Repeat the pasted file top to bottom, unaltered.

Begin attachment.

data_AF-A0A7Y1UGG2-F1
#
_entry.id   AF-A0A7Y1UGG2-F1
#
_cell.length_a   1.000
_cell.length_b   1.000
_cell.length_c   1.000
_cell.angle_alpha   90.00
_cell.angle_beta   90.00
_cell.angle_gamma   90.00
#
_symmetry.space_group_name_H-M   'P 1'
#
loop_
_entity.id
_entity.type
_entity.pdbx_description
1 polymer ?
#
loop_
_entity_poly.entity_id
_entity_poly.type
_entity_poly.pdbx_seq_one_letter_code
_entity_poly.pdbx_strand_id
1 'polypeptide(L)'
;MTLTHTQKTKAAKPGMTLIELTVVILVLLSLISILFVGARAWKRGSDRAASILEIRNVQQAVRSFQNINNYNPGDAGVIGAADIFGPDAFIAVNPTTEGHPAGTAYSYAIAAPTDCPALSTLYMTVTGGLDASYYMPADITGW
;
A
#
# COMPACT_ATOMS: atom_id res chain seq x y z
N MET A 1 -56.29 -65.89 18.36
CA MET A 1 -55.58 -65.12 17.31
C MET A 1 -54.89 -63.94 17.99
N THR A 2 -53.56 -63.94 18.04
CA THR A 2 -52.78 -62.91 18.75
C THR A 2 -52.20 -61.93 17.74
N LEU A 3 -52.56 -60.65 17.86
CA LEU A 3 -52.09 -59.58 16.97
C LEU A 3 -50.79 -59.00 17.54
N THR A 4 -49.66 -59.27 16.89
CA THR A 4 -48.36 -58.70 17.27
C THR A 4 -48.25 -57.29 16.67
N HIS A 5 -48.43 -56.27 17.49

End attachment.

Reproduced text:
data_AF-A0A7Y1UGG2-F1
#
_entry.id   AF-A0A7Y1UGG2-F1
#
_cell.length_a   1.000
_cell.length_b   1.000
_cell.length_c   1.000
_cell.angle_alpha   90.00
_cell.angle_beta   90.00
_cell.angle_gamma   90.00
#
_symmetry.space_group_name_H-M   'P 1'
#
loop_
_entity.id
_entity.type
_entity.pdbx_description
1 polymer ?
#
loop_
_entity_poly.entity_id
_entity_poly.type
_entity_poly.pdbx_seq_one_letter_code
_entity_poly.pdbx_strand_id
1 'polypeptide(L)'
;MTLTHTQKTKAAKPGMTLIELTVVILVLLSLISILFVGARAWKRGSDRAASILEIRNVQQAVRSFQNINNYNPGDAGVIGAADIFGPDAFIAVNPTTEGHPAGTAYSYAIAAPTDCPALSTLYMTVTGGLDASYYMPADITGW
;
A
#
# COMPACT_ATOMS: atom_id res chain seq x y z
N MET A 1 -56.29 -65.89 18.36
CA MET A 1 -55.58 -65.12 17.31
C MET A 1 -54.89 -63.94 17.99
N THR A 2 -53.56 -63.94 18.04
CA THR A 2 -52.78 -62.91 18.75
C THR A 2 -52.20 -61.93 17.74
N LEU A 3 -52.56 -60.65 17.86
CA LEU A 3 -52.09 -59.58 16.97
C LEU A 3 -50.79 -59.00 17.54
N THR A 4 -49.66 -59.27 16.89
CA THR A 4 -48.36 -58.70 17.27
C THR A 4 -48.25 -57.29 16.67
N HIS A 5 -48.43 -56.27 17.49